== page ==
Parents questioned Newton Mayor Ruthanne Fuller and a panel of Newton Public School (NPS) officials about the impact of a proposed $15 million tax increase for local public schools at a virtual town hall Thursday night.
Funds from the proposed increase will contribute to renovations and improvements at Countryside Elementary School, Franklin Elementary School, and Horace Mann Elementary School. The renovations would contribute to academic excellence and educational equity in the district, according to the city’s website.
Newton residents raised questions regarding the purpose and effects of the tax increase at the town hall.
Sumukh Tendulkar, who said he is an NPS parent by choice, asked for clarification regarding what the panel means when it uses “academic excellence” as a reason residents should approve the proposal.
“I see programs which are associated with academic excellence either getting cut completely—for example, eighth grade honors math—or getting diluted significantly—for example, AP programs which became multi-level programs in high schools,” he said.
Interim NPS Superintendent Kathleen Smith said that academic excellence is difficult to define.
“Academic excellence means very different things to all of our students, [part of which] is personalized learning—making sure every student has an opportunity to excel the best that they can,” she said.
Smith also said there are still opportunities for advanced students.
“There are many offerings in our high schools for AP courses,” she said. “We also have many opportunities for students in the arts or CTE [career and technical education] and vocational programs. Many other districts do not have that opportunity.”
Countryside Elementary has modular classrooms and annexes in poor condition, according to Josh Morse, Newton’s public buildings commissioner. Morse said that the school’s student population has doubled in recent years, but only one additional bathroom was built to accommodate students and faculty. Chronic flooding due to the school being built on top of wetlands has also plagued the school, he said.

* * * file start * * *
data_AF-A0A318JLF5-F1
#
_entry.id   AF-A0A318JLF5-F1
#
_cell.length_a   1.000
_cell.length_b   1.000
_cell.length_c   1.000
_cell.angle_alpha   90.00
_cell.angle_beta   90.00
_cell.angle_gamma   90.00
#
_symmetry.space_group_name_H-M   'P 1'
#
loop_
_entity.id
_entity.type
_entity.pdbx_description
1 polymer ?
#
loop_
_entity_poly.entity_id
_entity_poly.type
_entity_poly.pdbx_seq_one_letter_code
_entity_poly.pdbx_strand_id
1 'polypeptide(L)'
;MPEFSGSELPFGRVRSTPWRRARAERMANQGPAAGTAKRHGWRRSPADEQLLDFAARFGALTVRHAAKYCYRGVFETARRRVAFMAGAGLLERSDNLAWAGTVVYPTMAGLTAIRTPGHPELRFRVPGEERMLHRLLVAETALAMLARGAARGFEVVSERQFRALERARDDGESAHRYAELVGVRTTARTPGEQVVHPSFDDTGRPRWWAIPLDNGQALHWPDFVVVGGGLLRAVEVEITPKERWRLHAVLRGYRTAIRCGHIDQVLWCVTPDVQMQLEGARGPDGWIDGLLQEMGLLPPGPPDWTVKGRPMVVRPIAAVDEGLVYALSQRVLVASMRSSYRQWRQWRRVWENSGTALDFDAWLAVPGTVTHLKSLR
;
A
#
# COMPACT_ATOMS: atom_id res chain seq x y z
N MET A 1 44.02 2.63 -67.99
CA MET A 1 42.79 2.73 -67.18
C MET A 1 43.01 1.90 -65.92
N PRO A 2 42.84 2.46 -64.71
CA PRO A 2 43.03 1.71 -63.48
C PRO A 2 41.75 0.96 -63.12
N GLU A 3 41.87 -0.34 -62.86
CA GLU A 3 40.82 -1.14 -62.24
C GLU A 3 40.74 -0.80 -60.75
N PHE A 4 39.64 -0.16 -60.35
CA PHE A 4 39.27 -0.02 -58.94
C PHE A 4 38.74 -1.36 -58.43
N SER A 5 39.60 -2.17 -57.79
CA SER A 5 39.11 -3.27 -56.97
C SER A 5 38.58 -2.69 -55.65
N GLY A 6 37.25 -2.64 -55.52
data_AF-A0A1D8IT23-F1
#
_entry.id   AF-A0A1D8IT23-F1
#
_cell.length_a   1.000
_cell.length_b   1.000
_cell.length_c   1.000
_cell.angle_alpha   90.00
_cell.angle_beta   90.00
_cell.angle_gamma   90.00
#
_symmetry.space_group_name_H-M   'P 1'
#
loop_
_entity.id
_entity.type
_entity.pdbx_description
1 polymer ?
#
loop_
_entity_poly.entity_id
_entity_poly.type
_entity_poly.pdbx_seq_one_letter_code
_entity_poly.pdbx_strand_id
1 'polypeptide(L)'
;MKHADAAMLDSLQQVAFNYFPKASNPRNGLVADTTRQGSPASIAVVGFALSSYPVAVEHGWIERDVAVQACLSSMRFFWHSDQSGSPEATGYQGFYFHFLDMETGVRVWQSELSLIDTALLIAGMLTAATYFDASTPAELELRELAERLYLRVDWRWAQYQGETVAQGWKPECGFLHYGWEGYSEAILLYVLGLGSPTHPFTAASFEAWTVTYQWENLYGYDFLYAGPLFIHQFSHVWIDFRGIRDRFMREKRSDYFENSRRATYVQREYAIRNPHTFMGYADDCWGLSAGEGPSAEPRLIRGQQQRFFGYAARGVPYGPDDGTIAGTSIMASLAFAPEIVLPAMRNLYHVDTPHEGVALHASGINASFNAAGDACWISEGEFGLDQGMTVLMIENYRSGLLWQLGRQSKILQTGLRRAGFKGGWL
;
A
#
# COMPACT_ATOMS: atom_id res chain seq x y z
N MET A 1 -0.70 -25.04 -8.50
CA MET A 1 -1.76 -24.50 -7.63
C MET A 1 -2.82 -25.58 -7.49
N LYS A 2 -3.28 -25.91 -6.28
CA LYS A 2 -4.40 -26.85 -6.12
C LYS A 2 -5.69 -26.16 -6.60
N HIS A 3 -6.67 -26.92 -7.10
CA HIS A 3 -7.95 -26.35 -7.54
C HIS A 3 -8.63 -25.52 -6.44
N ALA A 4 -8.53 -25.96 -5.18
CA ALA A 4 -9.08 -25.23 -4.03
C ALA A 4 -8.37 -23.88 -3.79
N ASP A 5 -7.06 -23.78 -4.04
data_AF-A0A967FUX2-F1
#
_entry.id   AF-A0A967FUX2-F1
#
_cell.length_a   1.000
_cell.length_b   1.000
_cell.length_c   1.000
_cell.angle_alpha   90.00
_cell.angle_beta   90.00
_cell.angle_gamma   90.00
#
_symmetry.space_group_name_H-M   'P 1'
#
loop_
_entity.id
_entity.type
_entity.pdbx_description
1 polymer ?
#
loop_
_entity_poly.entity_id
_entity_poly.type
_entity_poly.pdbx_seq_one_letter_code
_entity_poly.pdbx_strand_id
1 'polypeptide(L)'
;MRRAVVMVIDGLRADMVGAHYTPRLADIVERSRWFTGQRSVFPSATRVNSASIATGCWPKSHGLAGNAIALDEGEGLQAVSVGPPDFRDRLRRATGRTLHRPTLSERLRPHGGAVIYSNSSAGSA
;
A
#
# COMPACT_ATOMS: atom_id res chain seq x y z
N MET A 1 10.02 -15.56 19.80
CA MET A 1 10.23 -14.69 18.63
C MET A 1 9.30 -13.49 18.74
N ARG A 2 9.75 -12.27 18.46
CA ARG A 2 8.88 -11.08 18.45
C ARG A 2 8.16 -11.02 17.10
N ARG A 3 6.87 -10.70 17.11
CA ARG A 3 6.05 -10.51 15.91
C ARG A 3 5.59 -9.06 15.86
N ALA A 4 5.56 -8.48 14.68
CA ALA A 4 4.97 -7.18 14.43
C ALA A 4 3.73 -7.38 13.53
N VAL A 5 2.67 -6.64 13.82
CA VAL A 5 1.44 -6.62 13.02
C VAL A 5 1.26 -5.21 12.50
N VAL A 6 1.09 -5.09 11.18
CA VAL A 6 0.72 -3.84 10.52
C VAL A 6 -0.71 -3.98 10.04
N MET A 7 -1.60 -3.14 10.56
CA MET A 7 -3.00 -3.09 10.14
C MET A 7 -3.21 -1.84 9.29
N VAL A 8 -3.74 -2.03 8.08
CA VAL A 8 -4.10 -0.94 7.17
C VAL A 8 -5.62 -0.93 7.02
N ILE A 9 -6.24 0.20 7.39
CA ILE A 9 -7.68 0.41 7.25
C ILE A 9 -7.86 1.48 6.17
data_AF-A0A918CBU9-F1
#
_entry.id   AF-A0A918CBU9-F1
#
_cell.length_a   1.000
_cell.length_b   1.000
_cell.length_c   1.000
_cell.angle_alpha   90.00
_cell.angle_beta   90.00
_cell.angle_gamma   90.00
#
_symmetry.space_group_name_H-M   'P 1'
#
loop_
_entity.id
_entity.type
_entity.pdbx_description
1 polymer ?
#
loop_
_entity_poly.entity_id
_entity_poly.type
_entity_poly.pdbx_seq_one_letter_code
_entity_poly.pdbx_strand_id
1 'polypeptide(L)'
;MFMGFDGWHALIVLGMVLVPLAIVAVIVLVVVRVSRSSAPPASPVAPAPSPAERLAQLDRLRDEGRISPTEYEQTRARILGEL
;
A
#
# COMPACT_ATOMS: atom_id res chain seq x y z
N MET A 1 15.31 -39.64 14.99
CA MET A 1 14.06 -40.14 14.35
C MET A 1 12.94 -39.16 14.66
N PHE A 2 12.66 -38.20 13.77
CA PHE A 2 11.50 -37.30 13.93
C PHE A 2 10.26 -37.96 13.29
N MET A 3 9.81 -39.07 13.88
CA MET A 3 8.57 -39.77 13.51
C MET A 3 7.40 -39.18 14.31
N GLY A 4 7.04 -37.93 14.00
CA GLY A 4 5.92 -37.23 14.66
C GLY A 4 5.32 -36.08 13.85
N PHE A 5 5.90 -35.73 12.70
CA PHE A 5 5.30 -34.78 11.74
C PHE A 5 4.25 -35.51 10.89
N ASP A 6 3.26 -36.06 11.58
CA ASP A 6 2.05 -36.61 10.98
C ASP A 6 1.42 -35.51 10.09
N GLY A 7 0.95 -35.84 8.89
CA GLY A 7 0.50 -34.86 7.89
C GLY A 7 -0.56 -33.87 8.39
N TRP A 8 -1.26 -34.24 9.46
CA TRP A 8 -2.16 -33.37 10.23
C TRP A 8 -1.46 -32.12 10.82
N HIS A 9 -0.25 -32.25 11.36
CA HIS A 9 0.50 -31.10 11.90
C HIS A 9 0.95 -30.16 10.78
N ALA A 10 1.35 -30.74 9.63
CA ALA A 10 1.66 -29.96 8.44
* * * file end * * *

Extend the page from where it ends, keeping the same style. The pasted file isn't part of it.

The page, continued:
But Rielle Montague Barnes, a member of the Peirce Elementary School PTO, raised questions about why the city did not include other elementary schools in its proposal. Montague said there are issues at Peirce Elementary School, which also has modular buildings and lacks a proper cafeteria.
“We’ve got some students that will be enjoying great facilities and some who will still be using not-so-great facilities,” Montague Barnes said. “Is it another 10 years before the other schools that haven’t been addressed will finally get addressed?
Fuller responded by saying that the panel is working on a timeline.
“We go through a very careful process for prioritizing, long-term planning, and putting these schools in a calendar,” Fuller said. “There is a ton of work to do, but I do understand the frustration.”
Morse also said that Franklin Elementary’s six floors are inaccessible and, due to limited space, teachers are forced to utilize basement rooms for teaching and learning.
Horace Mann Elementary is “significantly lacking in space,” according to Morse, particularly in the library and special education rooms.
Citizens can use the city’s override calculator to estimate how their property tax would increase if the proposal is approved. Fuller also proposed to the City Council an initiative to double seven of the nine tax assistance programs in Newton to alleviate some of the pressure of these potential tax increases.
Newton voters will have the opportunity to vote for the proposed increase at a special election tentatively set for March 14. The mayor said she hopes residents will approve the increase.
“There isn’t an element of what we’re doing in this city that I don’t feel restless and energetic about doing better,” Fuller said. “But I do hope our community will come together and allow us to move forward to that future.”